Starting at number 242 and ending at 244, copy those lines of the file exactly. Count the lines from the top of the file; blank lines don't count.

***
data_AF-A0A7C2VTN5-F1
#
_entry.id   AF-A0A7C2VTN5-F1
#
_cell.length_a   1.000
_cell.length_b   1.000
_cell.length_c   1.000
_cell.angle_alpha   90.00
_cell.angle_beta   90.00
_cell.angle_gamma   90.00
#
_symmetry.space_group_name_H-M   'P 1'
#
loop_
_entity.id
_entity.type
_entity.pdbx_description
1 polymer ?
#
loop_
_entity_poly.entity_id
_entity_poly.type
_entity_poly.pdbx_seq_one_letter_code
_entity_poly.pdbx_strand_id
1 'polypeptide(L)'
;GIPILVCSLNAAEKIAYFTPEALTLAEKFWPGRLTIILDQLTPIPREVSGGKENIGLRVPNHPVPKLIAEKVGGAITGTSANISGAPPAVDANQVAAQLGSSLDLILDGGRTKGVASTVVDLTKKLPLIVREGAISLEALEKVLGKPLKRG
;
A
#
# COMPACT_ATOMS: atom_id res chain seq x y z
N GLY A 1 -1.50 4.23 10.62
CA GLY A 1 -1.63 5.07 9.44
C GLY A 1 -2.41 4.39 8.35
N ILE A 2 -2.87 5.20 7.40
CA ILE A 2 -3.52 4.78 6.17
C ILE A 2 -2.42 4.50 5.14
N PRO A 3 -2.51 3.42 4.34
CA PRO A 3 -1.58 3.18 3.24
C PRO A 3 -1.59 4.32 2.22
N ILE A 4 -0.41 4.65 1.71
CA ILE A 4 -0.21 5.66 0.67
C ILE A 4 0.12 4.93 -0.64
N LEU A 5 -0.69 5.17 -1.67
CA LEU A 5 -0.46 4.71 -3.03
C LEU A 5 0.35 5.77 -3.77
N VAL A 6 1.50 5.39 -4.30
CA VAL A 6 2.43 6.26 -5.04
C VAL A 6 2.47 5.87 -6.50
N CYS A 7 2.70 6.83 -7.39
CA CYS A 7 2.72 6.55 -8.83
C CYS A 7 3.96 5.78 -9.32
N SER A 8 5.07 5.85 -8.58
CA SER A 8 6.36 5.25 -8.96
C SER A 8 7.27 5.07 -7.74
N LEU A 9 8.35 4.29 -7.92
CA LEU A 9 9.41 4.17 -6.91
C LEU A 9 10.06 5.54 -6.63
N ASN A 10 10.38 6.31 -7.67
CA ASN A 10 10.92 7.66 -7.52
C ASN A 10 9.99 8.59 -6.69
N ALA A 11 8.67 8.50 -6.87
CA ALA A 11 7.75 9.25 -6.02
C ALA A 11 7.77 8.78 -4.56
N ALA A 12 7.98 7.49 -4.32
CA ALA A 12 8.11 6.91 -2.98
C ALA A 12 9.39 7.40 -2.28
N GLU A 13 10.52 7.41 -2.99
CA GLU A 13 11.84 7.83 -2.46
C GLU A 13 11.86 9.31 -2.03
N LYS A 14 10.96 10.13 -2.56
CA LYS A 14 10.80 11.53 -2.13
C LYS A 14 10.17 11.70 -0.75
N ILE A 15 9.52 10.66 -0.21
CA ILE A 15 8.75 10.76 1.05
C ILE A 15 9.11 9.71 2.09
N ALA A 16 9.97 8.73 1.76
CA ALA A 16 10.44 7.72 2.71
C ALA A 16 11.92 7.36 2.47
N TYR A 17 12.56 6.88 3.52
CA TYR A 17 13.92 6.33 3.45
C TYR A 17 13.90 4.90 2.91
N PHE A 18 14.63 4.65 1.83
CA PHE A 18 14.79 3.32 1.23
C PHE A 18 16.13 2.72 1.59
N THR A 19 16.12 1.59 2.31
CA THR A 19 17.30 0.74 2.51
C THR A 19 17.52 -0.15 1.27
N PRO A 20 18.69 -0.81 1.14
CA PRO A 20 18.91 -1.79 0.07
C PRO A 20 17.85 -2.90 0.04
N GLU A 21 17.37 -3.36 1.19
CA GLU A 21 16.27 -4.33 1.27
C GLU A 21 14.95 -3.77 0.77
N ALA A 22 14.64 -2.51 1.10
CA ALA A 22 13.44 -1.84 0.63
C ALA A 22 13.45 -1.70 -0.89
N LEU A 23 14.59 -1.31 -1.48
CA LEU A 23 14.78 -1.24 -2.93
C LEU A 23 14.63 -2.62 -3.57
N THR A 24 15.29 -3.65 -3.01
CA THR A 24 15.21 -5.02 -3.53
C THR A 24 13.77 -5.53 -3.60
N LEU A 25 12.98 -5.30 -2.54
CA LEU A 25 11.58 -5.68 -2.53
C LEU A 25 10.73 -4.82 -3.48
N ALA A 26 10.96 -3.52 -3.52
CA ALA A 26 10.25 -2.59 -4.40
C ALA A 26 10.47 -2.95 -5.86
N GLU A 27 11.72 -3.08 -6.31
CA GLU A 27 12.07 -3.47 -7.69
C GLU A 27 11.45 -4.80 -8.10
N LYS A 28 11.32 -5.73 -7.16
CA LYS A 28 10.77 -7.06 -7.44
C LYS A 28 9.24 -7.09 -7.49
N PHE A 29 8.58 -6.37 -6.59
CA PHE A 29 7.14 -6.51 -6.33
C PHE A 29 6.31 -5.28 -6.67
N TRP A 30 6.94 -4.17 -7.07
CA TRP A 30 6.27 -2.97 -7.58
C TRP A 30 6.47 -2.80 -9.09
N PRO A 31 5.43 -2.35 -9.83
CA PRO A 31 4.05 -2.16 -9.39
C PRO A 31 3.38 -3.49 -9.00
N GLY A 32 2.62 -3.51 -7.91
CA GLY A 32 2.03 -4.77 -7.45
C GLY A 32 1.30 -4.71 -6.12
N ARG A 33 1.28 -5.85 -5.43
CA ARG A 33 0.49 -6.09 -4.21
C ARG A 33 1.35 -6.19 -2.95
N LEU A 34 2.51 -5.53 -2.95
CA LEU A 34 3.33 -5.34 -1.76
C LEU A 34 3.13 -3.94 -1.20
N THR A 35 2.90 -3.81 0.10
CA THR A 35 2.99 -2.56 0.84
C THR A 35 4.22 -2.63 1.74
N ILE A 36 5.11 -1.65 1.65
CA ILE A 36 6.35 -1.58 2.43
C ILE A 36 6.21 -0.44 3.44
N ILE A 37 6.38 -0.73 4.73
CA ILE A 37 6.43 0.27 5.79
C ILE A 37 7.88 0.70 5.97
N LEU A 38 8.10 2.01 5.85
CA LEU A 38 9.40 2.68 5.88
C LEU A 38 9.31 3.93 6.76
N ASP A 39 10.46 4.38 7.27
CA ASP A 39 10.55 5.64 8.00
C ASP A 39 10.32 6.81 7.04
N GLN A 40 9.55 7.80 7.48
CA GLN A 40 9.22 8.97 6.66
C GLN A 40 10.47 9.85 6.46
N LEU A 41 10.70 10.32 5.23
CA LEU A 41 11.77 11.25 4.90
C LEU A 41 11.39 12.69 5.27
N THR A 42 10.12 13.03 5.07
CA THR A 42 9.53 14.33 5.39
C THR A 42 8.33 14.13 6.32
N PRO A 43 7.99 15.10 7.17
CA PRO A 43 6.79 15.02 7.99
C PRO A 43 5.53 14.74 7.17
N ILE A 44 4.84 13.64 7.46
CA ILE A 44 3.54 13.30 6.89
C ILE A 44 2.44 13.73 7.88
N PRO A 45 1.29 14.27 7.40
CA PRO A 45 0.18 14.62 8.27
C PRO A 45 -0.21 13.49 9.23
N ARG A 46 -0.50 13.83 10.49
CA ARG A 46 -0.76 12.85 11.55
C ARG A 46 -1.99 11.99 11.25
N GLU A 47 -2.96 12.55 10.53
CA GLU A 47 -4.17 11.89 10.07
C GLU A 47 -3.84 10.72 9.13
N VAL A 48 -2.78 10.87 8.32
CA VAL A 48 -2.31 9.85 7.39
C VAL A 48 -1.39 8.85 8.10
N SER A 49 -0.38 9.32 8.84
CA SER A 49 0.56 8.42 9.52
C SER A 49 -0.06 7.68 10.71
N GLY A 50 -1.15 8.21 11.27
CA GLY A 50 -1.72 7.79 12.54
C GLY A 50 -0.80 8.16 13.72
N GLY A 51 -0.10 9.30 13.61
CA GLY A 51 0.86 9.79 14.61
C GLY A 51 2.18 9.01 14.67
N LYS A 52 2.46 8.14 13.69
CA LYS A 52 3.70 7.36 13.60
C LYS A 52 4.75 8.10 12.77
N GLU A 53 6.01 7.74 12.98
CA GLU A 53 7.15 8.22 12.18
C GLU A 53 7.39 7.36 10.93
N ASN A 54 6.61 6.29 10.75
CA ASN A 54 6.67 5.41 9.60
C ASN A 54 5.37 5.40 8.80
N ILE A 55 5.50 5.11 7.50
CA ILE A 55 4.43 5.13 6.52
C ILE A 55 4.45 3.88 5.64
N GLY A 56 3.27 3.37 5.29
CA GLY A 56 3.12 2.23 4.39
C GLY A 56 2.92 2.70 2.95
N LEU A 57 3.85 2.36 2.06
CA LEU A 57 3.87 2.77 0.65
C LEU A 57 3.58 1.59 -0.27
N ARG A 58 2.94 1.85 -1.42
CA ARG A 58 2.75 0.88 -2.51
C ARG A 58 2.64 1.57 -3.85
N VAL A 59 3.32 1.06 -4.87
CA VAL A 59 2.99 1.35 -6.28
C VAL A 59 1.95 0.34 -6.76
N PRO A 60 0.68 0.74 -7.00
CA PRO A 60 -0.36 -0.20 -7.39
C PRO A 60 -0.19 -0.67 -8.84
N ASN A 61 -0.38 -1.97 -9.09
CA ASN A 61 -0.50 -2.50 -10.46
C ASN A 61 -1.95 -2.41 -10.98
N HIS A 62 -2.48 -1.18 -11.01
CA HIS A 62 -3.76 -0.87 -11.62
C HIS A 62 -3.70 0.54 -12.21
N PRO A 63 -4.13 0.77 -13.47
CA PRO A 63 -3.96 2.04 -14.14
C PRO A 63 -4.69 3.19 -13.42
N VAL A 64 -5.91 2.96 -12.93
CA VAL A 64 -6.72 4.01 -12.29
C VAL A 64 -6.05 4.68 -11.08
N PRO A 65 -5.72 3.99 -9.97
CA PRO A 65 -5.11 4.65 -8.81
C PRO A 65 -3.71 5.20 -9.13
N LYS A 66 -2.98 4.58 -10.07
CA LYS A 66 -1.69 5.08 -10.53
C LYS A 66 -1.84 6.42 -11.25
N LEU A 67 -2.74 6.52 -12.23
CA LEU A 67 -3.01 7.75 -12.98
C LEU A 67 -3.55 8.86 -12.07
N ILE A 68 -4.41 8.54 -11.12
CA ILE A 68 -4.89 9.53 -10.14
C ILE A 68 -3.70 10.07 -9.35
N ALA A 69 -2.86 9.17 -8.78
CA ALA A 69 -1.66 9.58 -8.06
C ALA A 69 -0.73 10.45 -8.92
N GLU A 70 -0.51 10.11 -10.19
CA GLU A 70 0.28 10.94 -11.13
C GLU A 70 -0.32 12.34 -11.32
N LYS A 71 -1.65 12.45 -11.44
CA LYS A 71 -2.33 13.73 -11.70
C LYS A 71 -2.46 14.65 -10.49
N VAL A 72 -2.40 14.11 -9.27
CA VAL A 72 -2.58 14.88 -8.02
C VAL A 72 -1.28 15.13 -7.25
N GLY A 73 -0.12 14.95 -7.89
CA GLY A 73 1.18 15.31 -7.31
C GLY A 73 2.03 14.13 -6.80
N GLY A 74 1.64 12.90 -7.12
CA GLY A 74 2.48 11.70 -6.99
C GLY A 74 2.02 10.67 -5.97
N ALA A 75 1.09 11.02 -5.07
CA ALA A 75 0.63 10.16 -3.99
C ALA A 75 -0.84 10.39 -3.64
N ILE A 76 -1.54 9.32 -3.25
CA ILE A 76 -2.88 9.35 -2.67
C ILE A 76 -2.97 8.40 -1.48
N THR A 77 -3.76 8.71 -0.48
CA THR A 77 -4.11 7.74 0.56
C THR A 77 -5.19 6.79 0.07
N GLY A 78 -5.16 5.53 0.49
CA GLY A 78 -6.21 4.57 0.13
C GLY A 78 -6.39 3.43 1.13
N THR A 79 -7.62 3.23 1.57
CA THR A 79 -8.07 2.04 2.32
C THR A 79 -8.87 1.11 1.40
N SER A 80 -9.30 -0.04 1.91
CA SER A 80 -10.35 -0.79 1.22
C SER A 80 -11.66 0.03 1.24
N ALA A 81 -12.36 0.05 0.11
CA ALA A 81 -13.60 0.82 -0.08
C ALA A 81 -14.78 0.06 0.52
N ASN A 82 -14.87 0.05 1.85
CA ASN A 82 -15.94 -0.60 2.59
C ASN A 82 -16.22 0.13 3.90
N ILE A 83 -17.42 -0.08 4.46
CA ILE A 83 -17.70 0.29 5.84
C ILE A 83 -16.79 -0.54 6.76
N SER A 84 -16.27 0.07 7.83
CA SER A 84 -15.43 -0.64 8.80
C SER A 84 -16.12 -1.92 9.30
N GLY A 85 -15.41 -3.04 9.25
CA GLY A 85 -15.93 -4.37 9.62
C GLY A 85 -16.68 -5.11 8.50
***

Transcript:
CA LYS A 71 -2.33 13.73 -11.70
C LYS A 71 -2.46 14.65 -10.49
N VAL A 72 -2.40 14.11 -9.27